News // Sustainability - December 2014

How sustainability is inextricably linked to the bottom line

Our recent sustainability report examines how to evolve from supply chain management to supply chain development.

This is the second article of a 4-part series by PSFK that investigates the findings in our sustainability report.

In recent memory, the origins of a company’s products were a murky subject for consumers. Function was king, with a product’s supply chain a mere secondary consideration for consumers, if it was present at all. But this has been changing, as consumers, governments and companies demand details of the systems and sources that deliver goods.

Yanrong Dong - PCH

Collectively they voice concerns about the entire life cycle of a product including its quality, safety, ethical production and environmental impact. Though addressing these larger challenges around sustainability is a daunting task, farsighted organizations are beginning to take a more proactive approach, directly addressing the new problems and opportunities presented by the question, “Where does this stuff come from?”

One of the companies pushing the agenda of sustainability at a global level is PCH, a company that offers sustainable product development and supply chain management services for a diverse range of businesses. As part of a larger series on sustainability, PSFK is exploring the topic through the lens of the initiatives of PCH, specifically its manufacturing in China as detailed in its recently released sustainability report.

This article looks at sustainability in manufacturing and the supply chain, and how PCH’s initiatives are moving beyond supply chain management to supply chain development.

Sustained progress to improve working conditions in global supply chains requires engagement on all fronts. PCH has been working on a variety of initiatives to improve the overall development process. This is achieved by actively partnering with suppliers, using their own expertise and resources to develop suppliers’ abilities and make them more competitive.

The end result is not only a more sustainable model from the standpoint of environmental impact and labor, but ultimately a more profitable company. Terry Foecke, Head of Supplier Development of the Greentech Team at PCH, goes into more detail about how this strategy is applied:

“In the past, supply chain management meant checklists, scorecards and catching problems, not necessarily efficient progress. Now that the world is so complex, interconnected and fast, we need new approaches. PCH believes that good management is always achieved through good development, be it PCH employees, manufacturing partners or even clients.”

Terry Foecke, Head of Supplier Development, Greentech Team, PCH

In addition to simply being the right thing to do, Terry also believes that this type of ‘inclusive’ approach offers its own source of unique benefits. First and foremost, it inspires individuals to take ownership in contributing to a solution much larger than themselves. He continues:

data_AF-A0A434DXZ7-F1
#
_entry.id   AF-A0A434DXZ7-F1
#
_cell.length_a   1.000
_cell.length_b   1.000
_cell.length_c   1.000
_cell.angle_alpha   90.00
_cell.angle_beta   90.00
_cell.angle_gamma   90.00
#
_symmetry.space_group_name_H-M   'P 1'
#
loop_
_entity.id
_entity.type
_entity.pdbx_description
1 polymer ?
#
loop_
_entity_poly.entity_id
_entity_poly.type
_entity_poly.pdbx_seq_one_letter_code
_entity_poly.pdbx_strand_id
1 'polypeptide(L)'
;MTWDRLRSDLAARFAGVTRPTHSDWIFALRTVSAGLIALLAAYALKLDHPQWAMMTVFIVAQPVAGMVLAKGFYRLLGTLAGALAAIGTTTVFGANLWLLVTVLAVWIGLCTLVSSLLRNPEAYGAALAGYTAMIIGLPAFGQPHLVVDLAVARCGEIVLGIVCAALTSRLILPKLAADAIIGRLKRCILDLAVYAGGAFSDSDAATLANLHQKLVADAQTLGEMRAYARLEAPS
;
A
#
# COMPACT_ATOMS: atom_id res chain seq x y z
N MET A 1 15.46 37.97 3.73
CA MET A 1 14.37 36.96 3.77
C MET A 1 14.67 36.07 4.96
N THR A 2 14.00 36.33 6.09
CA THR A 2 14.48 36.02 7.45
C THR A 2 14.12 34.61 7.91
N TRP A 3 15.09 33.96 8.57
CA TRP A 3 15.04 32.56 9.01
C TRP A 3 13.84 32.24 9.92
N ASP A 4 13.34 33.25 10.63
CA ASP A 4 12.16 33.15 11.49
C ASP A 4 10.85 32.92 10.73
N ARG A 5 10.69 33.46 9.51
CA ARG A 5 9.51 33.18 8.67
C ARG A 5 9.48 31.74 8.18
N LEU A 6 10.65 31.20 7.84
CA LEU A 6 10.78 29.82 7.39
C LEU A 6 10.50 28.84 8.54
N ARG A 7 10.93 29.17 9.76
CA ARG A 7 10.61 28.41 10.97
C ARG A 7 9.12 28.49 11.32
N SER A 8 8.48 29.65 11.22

“As we grow and learn together, there is less need for supervision, and more time to act as teachers and students to each other. When we learn together and develop our capabilities, we can harness energy and talents in new ways, enabling us to overcome challenges more creatively, quickly and sustainably. This is what supply chain development does. We work together and achieve better results.”

Xiaolin Wang - PCH

Of course, not all problems can be fixed overnight and each issue requires its own unique solution. However, it is important to have the correct systems in place to dynamically deal with problems as they arise. Sanno Lee, Greentech Program Manager at PCH, further elaborates:

“PCH and our suppliers are not just in a transactional relationship, we are in a partnership. PCH teams work with factories, using our own expertise and resources to develop our suppliers, helping them become more competitive. We not only upgrade their production capabilities and production management skills, but we also work together to improve factories’ competitiveness in other areas, e.g., improve their energy efficiency and relationship with their workforce. We expect this will build a strong, long-term relationship with our suppliers whereby we will develop together.”

Sustainability is a growing expectation in the minds of consumers, as they are increasingly compelled to purchase from companies that are able to develop a global supply chain in an efficient and ethical way. Although the challenges associated with this are complex, the forward-thinking companies that take on this task will be providing benefits for both the workers who manufacture a product, and the consumers who ultimately buy that product.

 

This article was originally published on PFSK on 4th December, 2014. More on this series is available here.

Images by Gareth Brown

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